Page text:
A French Intelligence Agent becomes embroiled in the Cold War politics first with uncovering the events leading up to the 1962 Cuban Missile Crisis, and then back to France to break up an international Russian spy ring.
A high ranking Russian official defects to the U.S., where he is interviewed by U.S. Agent Michael Nordstrom. The defector reveals that a French spy ring codenamed "Topaz" has been passing N.A.T.O. secrets to the Russians. Michael calls in his French friend and counterpart Andre Devereaux to expose the spies.Written by
Col Needham <email@example.com>
After Leon Uris left the movie, Sir Alfred Hitchcock asked Arthur Laurents if he was interested in working with Hitchcock on the script for this movie, but Laurents refused. So Hitchcock called Samuel A. Taylor to work on the script. One of the difficulties Hitchcock and Taylor faced was they didn't have enough time. According to the book "The A-Z of Hitchcock", Taylor had to continue writing throughout the shooting. See more »
In the porcelain factory, after breaking the statuette, Tamara Kusenov goes through a door to make a telephone call. The goon following her moves towards the door, now closed, to investigate it, and the shadow of a man appears briefly on the wall to the left of the door before we cut away from the shot... and it is not the shadow of the goon... See more »
Opening credits prologue: Somewhere in this crowd is a high Russian official who disagrees with his government's display of force and what it threatens. Very soon his conscience will force him to attempt an escape while apparently on a vacation with his family. Copenhagen, Denmark Nineteen Hundred Sixty-two See more »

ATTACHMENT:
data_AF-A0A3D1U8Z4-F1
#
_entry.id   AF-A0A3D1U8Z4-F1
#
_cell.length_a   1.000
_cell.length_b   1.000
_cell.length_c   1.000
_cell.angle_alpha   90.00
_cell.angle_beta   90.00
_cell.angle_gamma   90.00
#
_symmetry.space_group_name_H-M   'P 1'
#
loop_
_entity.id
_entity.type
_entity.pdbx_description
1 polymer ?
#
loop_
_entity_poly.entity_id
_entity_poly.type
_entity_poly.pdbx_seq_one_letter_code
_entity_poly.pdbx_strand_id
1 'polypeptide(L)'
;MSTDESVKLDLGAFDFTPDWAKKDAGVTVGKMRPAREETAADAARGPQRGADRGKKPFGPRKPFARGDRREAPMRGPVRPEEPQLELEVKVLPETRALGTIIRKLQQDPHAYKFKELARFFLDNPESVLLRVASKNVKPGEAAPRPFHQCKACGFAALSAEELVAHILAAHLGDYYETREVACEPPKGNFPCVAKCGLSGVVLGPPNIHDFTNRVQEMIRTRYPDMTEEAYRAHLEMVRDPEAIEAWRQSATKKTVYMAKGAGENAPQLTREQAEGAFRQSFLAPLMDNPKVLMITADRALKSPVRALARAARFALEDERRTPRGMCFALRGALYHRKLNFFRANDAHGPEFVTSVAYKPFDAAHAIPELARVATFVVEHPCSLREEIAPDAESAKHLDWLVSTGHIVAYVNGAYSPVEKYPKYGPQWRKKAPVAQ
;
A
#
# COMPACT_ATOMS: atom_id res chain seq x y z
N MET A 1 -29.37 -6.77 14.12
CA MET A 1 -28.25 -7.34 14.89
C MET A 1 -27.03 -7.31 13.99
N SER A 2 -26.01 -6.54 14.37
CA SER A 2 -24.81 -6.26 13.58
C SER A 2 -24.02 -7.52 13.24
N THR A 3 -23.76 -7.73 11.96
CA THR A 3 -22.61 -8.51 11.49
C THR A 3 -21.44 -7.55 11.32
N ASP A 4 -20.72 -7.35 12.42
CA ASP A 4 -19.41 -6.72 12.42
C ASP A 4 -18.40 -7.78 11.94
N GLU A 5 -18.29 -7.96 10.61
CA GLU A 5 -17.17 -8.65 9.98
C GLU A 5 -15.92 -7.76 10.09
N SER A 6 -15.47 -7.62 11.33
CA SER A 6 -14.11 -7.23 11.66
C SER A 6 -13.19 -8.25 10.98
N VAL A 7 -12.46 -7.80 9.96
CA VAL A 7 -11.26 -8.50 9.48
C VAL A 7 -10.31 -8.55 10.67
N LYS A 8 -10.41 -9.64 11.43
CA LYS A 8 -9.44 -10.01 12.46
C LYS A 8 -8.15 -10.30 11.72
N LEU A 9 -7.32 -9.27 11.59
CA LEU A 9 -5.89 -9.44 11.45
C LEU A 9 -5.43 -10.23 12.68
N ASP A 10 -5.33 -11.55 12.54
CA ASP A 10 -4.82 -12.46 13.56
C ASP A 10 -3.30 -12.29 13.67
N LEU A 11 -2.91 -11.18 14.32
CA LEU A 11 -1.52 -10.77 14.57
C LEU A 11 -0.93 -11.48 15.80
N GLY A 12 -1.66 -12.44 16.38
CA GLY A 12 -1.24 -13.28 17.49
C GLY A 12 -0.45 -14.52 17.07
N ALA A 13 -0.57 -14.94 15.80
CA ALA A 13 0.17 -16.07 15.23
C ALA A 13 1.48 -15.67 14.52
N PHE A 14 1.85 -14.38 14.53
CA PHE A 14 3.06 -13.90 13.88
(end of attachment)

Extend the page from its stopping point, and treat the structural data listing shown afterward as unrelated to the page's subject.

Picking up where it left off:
In an earlier version Andre' Deveraux and Granville, the Russian spy, agree to have an old fashioned duel with pistols in an empty stadium. But before the duel begins, Granville is shot in the back by a Russian sniper to silence him. This finale was deleted and a new one shot, because early audiences didn't like it. These scenes were considered lost for many years, until director Richard Franklin discovered that they had been lying for years in a can in Hitchcock's garage and were given by his daughter to the Academy of Motion Pictures Arts and Sciences after her father's death. See more »
Based on Leon Uris' novel of the same name about the tense days of the Cuban missile crisis, Alfred Hitchcock's `Topaz' is an underrated cold-war thriller - - underrated by English-speaking audiences and critics probably because the chief protagonist is a Frenchman! The first half of the movie is especially exciting, starting as it does with the defection (very realistically filmed) of a top Soviet official to the U.S, who hints at the existence of Soviet missiles in Cuba.. Frederick Stafford very adequately plays Andre Deveraux, the French trade official with Cuban connections whose help is requested by the Americans. Karin Dor is excellent as his beautiful Cuban paramour. Hitchcock's initial portrayal of Castro's Cuba is that of a rather benign place, but quickly changes to a frightening place later in the movie when the director clearly delineates the full brutality of his terrible regime. Deveraux's allies in Cuba are tortured and killed. The last third of the film, set in France, is not as exciting. The movie takes it own time exposing the members of the Topaz spy ring. The transition of the action from Cuba to France is abrupt and is another weakness of this flick. Maybe, `Topaz' should have been filmed in 2 parts, one about the Cuban missile crisis and another about French fellow-travellers! This is, perhaps, the only movie in which Hitchcock seems to show some sympathy towards those who get murdered, as evidenced by the final scene, which shows the ironical contrast between the superficial newspaper headline about the Cuban missile crisis ending and the grim fates of the unsung secret agents who helped end it. `Topaz' is one of the best cold-war movies ever made. Critics should re-evaluate it. But it is only a good Hitchcock movie, not his best.
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